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Punchbowl Falls Park Hike

From Oregon Hikers Field Guide

View to Punchbowl Falls at sunset (Tom Kloster)
Staircase to fish ladder above Punchbowl Falls (bobcat)
Nine-leaf desert parsley (Lomatium triternatum), Punchbowl Falls (bobcat)
View to the confluence from the Yew Trail (Tom Kloster)
Dead Point Falls (bobcat)
The trail system in Punchbowl Falls Park (Tom Kloster)


Hike Description

Trailkeepers of Oregon crews have been constructing short trails here on what used to be private land but saw regular infiltrations by the local youth in the summer. These 102 acres on the West Fork Hood River became a Hood River county park in 2016 after an initial acquisition by the Western Rivers Conservancy. You’ll enjoy an oak woodland, wildflower meadows, and a couple of waterfalls in a picturesque gorge. The hike ends at the confluence of the East and West Forks of the Hood River. You can return via the short but leafy Dogwood Trail.

Note that the far more famous and much photographed waterfall on Eagle Creek in the Columbia Gorge is spelled as two words: Punch Bowl Falls.

The trail departs from an old access road. Walk around a gate and pass a sign for the park. About 50 yards from the gate, you’ll see a path departing the road on your left (To the right, you can see the return part of the loop trail).

The White Oak Trail leads through an oak wood above the basalt-columned lower gorge of the West Fork. Lupine and Oregon grape verge the route. You’ll notice the rambling and decaying staircase dropping down the cliff on the opposite side of the gorge: this gave access to an ugly and intrusive fish ladder constructed in 1959 at Punchbowl Falls. Pass across a wet slope, which blooms with grass widow, saxifrage, buttercup, monkey flower, and larkspur during the spring. There are a couple of tie trails that lead back to the access road. Soon, the trail splits, with a lower section that passes along the edge of the cliff, while the main trail is routed behind an oak copse. Here, you’ll pass a shrine and cross that attests to the perils of these cliffs. You’ll arrive at a viewpoint almost directly above Punchbowl Falls, with a great view downstream to its magnificent amphitheater. Look upstream to see if the top of Mount Hood is visible. A trail leads down to the left to reach the river, crossing the lush seeps. This trail is sometimes used by fishermen from the Warm Springs Reservation, who use ladders to reach the pool below Punchbowl Falls.

The White Oak Trail leads up from this viewpoint and then splits left just before reaching the road. The path leads to a second oak-shaded viewpoint which gives you a frontal view of 10-foot Punchbowl Falls and its fish ladder/wooden staircase as well as a partial sighting of 75-foot Dead Point Falls plunging down a steep gully across the gorge. Above Dead Point Falls are the buildings of a fish hatchery, constructed in 1920 by the state but which then reverted to private ownership. The hatchery uses water from Dead Point Creek, which issues from the slopes below Mount Defiance, and then returns some of the flow via a side waterfall to the right of Dead Point Falls.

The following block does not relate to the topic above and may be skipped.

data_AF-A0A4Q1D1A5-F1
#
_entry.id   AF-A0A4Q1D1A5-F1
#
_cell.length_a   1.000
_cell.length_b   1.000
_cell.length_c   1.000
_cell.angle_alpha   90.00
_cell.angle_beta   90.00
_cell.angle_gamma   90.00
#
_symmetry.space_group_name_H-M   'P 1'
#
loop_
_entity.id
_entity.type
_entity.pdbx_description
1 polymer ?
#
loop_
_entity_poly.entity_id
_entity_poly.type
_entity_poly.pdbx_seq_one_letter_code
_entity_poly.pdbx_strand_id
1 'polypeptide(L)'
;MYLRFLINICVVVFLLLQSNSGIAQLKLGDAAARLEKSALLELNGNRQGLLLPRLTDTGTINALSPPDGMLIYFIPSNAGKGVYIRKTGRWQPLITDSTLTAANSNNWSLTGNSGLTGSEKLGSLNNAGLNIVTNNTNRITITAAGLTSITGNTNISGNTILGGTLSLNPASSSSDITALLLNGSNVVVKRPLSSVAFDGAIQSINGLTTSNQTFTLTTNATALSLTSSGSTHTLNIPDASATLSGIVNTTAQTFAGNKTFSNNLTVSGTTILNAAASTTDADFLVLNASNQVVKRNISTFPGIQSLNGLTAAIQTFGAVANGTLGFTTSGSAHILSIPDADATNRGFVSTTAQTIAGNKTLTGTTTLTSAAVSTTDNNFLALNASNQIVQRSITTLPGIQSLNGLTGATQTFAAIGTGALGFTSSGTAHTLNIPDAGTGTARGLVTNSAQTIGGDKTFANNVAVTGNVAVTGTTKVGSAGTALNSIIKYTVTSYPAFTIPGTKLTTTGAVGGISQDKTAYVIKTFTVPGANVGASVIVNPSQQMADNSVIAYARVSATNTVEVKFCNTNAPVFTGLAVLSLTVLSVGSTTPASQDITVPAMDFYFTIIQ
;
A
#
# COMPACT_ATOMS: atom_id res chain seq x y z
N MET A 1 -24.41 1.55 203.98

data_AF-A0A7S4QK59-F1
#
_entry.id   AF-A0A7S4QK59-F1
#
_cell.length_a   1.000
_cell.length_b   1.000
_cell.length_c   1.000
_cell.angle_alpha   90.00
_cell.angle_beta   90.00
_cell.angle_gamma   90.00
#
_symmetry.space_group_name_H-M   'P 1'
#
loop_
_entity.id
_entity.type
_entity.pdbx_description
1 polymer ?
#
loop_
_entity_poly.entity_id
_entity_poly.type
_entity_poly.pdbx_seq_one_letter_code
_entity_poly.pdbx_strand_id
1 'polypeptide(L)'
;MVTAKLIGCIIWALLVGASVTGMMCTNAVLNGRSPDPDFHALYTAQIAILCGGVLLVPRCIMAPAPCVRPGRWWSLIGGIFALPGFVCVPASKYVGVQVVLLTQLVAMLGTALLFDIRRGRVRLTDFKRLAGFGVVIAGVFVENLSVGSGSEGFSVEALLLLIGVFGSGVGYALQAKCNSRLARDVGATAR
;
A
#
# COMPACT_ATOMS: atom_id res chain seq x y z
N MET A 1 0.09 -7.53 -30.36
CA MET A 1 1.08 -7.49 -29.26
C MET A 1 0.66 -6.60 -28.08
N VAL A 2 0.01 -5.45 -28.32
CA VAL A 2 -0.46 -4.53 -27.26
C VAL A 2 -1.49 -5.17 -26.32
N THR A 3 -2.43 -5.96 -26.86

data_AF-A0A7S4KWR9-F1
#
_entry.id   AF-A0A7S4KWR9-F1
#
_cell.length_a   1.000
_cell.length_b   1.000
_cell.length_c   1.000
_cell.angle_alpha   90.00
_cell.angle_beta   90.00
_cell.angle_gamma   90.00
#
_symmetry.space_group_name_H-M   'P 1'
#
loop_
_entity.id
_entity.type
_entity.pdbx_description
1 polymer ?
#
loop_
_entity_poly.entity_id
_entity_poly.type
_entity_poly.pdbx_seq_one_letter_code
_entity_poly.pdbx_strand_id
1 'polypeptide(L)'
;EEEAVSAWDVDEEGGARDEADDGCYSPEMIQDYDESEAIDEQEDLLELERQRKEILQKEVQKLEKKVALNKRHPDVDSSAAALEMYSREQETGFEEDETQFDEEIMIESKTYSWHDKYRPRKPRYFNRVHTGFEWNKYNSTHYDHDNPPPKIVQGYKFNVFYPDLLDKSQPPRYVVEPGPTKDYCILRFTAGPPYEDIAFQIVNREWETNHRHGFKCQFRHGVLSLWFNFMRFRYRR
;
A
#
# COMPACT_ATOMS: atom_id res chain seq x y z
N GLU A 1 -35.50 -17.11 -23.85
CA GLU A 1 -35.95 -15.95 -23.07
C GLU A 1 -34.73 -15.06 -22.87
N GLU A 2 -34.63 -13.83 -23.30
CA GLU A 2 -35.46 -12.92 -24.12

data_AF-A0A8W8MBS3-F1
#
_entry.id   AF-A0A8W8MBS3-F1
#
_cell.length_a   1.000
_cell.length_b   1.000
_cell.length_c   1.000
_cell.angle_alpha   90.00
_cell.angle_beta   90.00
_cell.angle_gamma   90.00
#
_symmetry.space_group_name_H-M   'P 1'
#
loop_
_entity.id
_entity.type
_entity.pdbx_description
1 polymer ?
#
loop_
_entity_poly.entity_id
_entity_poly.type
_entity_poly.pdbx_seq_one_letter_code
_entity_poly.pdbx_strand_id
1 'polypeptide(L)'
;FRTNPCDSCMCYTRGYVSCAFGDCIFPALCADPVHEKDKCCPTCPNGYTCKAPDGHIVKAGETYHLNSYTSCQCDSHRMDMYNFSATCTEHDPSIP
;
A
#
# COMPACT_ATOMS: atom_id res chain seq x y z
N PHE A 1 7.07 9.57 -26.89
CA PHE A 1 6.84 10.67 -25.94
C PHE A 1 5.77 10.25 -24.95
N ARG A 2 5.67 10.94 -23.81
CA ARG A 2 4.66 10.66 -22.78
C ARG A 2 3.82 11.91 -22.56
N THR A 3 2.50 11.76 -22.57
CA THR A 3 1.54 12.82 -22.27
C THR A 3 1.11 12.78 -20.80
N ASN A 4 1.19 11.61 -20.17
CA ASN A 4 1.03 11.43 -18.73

Take the trail back into the mixed woods of maple/Douglas-fir, and continue walking north. Just past a sign stating angling conditions for the West Fork Hood River, take a spur trail that leads out to the cliff edge and the best viewpoint for Dead Point Falls. After enjoying the scene from this perch, take the new Yew Trail which leads left to descend a steep slope wooded with yew trees, young Douglas-firs, and white oaks. You'll reach a balsamroot-flowered point, guarded by a gnarly oak, which offers an excellent view to the East and West Forks Hood River Confluence. Then switchback up to a trail junction. Go left to follow this path down to a cobbled bar at the East and West Forks Hood River Confluence. You can see up the West Fork gorge, but not as far as the waterfalls, and views up the brushy banks of the East Fork are limited, but it’s easy to imagine that many of the river rocks here found their way downstream from Mount Hood in one of the raging floods for which that stream is notorious.

On your return up the slope, make a left at the junction, and hike steeply up to a bend in the park's service road. Go right through a thinned woodland and under power lines. Make a left on the Dogwood Trail, which switchbacks up into a secondary woodland of Douglas-fir, big-leaf maple, and vine maple. The trail proceeds on a level grade through an understory of Oregon grape, bracken, trailing blackberry, Pacific dogwood, and hazel. Soon, you'll come to the access road. Make a left to return to your car.


Regulations or restrictions, etc

  • Stay on trails

Trip Reports

Related Discussions / Q&A

Guidebooks that cover this hike

  • Curious Gorge by Scott Cook

More Links


Oregon Hikers Field Guide is built as a collaborative effort by its user community. While we make every effort to fact-check, information found here should be considered anecdotal. You should cross-check against other references before planning a hike. Trail routing and conditions are subject to change. Please contact us if you notice errors on this page.

Hiking is a potentially risky activity, and the entire risk for users of this field guide is assumed by the user, and in no event shall Trailkeepers of Oregon be liable for any injury or damages suffered as a result of relying on content in this field guide. All content posted on the field guide becomes the property of Trailkeepers of Oregon, and may not be used without permission.